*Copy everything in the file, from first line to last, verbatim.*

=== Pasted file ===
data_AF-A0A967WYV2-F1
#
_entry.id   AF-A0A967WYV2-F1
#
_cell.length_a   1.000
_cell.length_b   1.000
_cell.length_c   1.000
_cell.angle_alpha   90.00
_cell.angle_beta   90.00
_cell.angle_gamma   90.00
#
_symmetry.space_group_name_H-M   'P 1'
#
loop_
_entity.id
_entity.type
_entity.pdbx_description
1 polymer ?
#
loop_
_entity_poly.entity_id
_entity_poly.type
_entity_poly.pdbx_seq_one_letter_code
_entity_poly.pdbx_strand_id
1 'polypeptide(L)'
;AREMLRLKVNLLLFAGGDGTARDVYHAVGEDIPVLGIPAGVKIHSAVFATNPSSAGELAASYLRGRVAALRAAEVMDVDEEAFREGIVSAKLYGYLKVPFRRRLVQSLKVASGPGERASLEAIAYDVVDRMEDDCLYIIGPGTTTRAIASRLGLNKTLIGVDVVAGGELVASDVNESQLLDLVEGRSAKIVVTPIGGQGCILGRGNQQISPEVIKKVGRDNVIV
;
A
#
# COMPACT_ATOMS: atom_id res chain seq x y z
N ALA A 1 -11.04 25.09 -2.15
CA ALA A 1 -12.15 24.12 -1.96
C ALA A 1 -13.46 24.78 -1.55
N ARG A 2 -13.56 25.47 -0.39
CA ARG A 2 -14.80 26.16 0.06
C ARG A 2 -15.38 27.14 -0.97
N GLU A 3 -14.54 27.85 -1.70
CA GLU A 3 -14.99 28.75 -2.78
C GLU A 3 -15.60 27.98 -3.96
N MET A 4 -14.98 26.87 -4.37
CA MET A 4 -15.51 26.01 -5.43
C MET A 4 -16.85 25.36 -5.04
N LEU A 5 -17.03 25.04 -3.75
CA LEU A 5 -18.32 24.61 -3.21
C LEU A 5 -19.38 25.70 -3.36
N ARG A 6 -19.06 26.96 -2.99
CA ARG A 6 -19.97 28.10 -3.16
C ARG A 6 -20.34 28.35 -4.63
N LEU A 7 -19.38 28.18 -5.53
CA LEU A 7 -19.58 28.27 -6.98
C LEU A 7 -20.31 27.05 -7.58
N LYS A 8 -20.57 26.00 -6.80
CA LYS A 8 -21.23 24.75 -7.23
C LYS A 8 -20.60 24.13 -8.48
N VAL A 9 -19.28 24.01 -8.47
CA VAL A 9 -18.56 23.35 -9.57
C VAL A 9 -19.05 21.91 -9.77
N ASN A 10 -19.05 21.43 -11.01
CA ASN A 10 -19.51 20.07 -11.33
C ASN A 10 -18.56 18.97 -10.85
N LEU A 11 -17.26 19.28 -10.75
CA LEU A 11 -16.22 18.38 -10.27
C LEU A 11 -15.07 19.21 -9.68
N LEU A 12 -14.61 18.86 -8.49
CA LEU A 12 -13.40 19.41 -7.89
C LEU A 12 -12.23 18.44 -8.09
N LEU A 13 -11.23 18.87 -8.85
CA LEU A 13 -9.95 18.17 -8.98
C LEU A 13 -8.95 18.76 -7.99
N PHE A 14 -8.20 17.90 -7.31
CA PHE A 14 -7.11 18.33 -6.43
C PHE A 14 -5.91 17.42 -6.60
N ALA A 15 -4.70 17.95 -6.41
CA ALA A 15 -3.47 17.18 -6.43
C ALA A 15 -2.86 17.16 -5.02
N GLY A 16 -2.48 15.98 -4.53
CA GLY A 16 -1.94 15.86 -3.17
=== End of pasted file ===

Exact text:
data_AF-A0A967WYV2-F1
#
_entry.id   AF-A0A967WYV2-F1
#
_cell.length_a   1.000
_cell.length_b   1.000
_cell.length_c   1.000
_cell.angle_alpha   90.00
_cell.angle_beta   90.00
_cell.angle_gamma   90.00
#
_symmetry.space_group_name_H-M   'P 1'
#
loop_
_entity.id
_entity.type
_entity.pdbx_description
1 polymer ?
#
loop_
_entity_poly.entity_id
_entity_poly.type
_entity_poly.pdbx_seq_one_letter_code
_entity_poly.pdbx_strand_id
1 'polypeptide(L)'
;AREMLRLKVNLLLFAGGDGTARDVYHAVGEDIPVLGIPAGVKIHSAVFATNPSSAGELAASYLRGRVAALRAAEVMDVDEEAFREGIVSAKLYGYLKVPFRRRLVQSLKVASGPGERASLEAIAYDVVDRMEDDCLYIIGPGTTTRAIASRLGLNKTLIGVDVVAGGELVASDVNESQLLDLVEGRSAKIVVTPIGGQGCILGRGNQQISPEVIKKVGRDNVIV
;
A
#
# COMPACT_ATOMS: atom_id res chain seq x y z
N ALA A 1 -11.04 25.09 -2.15
CA ALA A 1 -12.15 24.12 -1.96
C ALA A 1 -13.46 24.78 -1.55
N ARG A 2 -13.56 25.47 -0.39
CA ARG A 2 -14.80 26.16 0.06
C ARG A 2 -15.38 27.14 -0.97
N GLU A 3 -14.54 27.85 -1.70
CA GLU A 3 -14.99 28.75 -2.78
C GLU A 3 -15.60 27.98 -3.96
N MET A 4 -14.98 26.87 -4.37
CA MET A 4 -15.51 26.01 -5.43
C MET A 4 -16.85 25.36 -5.04
N LEU A 5 -17.03 25.04 -3.75
CA LEU A 5 -18.32 24.61 -3.21
C LEU A 5 -19.38 25.70 -3.36
N ARG A 6 -19.06 26.96 -2.99
CA ARG A 6 -19.97 28.10 -3.16
C ARG A 6 -20.34 28.35 -4.63
N LEU A 7 -19.38 28.18 -5.53
CA LEU A 7 -19.58 28.27 -6.98
C LEU A 7 -20.31 27.05 -7.58
N LYS A 8 -20.57 26.00 -6.80
CA LYS A 8 -21.23 24.75 -7.23
C LYS A 8 -20.60 24.13 -8.48
N VAL A 9 -19.28 24.01 -8.47
CA VAL A 9 -18.56 23.35 -9.57
C VAL A 9 -19.05 21.91 -9.77
N ASN A 10 -19.05 21.43 -11.01
CA ASN A 10 -19.51 20.07 -11.33
C ASN A 10 -18.56 18.97 -10.85
N LEU A 11 -17.26 19.28 -10.75
CA LEU A 11 -16.22 18.38 -10.27
C LEU A 11 -15.07 19.21 -9.68
N LEU A 12 -14.61 18.86 -8.49
CA LEU A 12 -13.40 19.41 -7.89
C LEU A 12 -12.23 18.44 -8.09
N LEU A 13 -11.23 18.87 -8.85
CA LEU A 13 -9.95 18.17 -8.98
C LEU A 13 -8.95 18.76 -7.99
N PHE A 14 -8.20 17.90 -7.31
CA PHE A 14 -7.11 18.33 -6.43
C PHE A 14 -5.91 17.42 -6.60
N ALA A 15 -4.70 17.95 -6.41
CA ALA A 15 -3.47 17.18 -6.43
C ALA A 15 -2.86 17.16 -5.02
N GLY A 16 -2.48 15.98 -4.53
CA GLY A 16 -1.94 15.86 -3.17